We just love big, wild brown trout. Like this one.
Which is why we tie and fish things like this- the Ry-Snack.
There's simply no other way to say it. Big, wild brown trout are different. While it's fun to catch a bunch of those 8-14" fish, to truly see what your local wild trout stream or river holds, you need to be approaching the game with a different strategy. Enter the Ry-Snack. Named after fellow guide and pattern originator Matt Rysak, this pattern has moved more trout between 18 and 25+ inches than all other patterns I fish... combined. It is a super variable fly that can be tied as either a single or a double. It can be toned down to more subtle and smaller as conditions require. But any we fish it, it is a fish getter. So here's how to tie it.
Step 1:Tie your stinger hook with a yellow marabou feather and a brown marabou feather stacked. (If you're tying on a single hook, ignore this step and do it in step 3).
Step 2:Set up your streamer hook. Tie eyes on the top of the hook so it ride point up. I also heavily weigh the top side with about 8" of .020 or .030 wire layed back and forth on the top.
Step 3: Tie the stinger hook to the streamer hook. I like to tie the hook points opposite. When I tie the stringer on to the streamer hook, I use 20 lb dacron braid, but any semi-stiff, heavy braid will work.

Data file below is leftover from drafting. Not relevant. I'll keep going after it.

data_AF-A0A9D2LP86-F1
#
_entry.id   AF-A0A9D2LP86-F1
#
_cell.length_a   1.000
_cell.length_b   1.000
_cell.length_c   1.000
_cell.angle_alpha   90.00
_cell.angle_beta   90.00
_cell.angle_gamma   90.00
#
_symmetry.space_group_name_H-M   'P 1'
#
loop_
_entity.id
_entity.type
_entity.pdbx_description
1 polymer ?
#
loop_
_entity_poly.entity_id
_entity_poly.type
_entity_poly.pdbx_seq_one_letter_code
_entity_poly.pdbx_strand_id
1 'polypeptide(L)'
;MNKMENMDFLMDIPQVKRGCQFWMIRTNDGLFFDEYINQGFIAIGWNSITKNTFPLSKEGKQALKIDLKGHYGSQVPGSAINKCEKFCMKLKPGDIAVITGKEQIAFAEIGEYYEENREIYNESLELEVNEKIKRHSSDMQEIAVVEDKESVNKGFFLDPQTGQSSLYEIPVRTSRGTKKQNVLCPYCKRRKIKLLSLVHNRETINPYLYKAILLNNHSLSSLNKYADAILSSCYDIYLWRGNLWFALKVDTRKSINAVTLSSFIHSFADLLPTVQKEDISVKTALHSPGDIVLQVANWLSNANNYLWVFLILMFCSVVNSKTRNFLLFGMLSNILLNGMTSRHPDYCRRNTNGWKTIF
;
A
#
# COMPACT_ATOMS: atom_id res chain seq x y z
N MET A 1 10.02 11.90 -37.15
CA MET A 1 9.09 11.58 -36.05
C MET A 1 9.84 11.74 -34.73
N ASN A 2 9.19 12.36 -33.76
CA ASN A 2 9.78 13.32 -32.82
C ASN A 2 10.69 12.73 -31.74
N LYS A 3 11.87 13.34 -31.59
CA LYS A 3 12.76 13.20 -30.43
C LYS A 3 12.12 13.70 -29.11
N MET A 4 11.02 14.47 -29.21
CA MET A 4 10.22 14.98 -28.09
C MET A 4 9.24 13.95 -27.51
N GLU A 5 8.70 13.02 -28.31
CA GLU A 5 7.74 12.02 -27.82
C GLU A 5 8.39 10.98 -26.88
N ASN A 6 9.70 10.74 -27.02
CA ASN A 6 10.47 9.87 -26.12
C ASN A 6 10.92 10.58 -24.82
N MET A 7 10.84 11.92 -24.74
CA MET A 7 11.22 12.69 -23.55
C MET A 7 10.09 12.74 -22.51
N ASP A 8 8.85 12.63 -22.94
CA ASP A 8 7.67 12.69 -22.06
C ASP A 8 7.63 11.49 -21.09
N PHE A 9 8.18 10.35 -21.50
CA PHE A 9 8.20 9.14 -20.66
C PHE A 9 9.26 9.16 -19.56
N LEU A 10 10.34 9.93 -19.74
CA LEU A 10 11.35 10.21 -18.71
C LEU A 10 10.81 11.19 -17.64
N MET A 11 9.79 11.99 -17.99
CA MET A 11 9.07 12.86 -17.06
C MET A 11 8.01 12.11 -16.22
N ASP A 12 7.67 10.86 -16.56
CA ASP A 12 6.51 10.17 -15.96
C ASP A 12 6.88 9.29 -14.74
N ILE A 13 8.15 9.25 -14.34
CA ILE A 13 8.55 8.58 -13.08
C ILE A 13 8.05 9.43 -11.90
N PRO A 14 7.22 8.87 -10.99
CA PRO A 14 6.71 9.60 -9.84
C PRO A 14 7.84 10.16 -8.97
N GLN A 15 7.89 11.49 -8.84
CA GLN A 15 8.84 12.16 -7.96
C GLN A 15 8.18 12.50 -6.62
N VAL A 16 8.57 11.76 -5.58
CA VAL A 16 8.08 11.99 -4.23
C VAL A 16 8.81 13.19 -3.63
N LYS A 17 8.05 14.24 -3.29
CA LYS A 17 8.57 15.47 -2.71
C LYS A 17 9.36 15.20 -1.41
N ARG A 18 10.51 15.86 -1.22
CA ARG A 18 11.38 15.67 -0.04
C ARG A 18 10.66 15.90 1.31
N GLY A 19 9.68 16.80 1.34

Step 4:Tie rubber legs, a yellow hackle feather, and brown chenille just above the bend.
Step 5:Wrap the chenille up to the eyes. Palmer the hackle feather through it. Tie in a second set of rubber legs.
Step 6:Tie a tuft of yellow marabou right behind the eyes.
Step 7:Tie a clump of brown Australian possom fur under the eyes and mold into a head.
Step 8:Tie a clump of black laser dubbing over top the eyes to finish the head. Then fish the hell out of it.
Looking for big, wild browns is always a challenge, but it is a fun one. The reason this pattern catches so many fish for me and the people I fish, is that it is the first pattern I tie on in the morning and I am almost always fishing at least one of my guys with this out of the boat at all times. Brown and yellow is a proven trout killer. So if you're looking to head out to your local wild trout fishery and see just what lurks in the depths out there, pound the banks, the logjams, hit the structure. One day, maybe today, you will see a legit monster. Whether that is an 18-20" fish out of a deep logjam pool where the brookies have noticably disappeared from over the last two or three years, a 22-24" fish out of the river nearby where the locals float tube down in the summer, or the 26-27" + fish out of the waters of the Allegheny or other true trophy trout waters, this pattern might introduce you to your best wild stream trout.